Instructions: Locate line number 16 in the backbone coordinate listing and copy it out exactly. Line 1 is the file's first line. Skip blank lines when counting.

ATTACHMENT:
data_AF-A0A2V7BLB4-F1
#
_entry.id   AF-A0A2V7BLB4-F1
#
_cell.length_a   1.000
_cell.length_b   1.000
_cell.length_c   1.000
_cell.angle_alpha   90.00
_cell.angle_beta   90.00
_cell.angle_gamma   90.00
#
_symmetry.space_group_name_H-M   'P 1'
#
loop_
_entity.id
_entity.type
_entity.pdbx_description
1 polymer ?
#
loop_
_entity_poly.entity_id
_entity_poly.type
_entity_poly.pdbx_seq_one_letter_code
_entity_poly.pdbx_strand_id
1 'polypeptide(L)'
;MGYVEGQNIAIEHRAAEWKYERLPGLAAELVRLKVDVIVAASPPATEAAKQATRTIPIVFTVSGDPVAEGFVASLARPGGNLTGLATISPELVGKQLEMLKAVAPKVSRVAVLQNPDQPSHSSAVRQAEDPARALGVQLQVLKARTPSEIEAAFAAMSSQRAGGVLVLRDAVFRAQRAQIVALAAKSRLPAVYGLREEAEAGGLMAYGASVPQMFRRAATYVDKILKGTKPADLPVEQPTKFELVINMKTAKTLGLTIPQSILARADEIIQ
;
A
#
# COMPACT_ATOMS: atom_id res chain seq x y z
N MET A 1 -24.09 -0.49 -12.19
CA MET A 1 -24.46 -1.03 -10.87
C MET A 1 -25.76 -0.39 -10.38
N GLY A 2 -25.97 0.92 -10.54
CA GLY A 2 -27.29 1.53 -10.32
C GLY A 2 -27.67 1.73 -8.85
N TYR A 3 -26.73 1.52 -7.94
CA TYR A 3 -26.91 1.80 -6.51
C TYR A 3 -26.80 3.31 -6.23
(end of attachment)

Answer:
_entity.type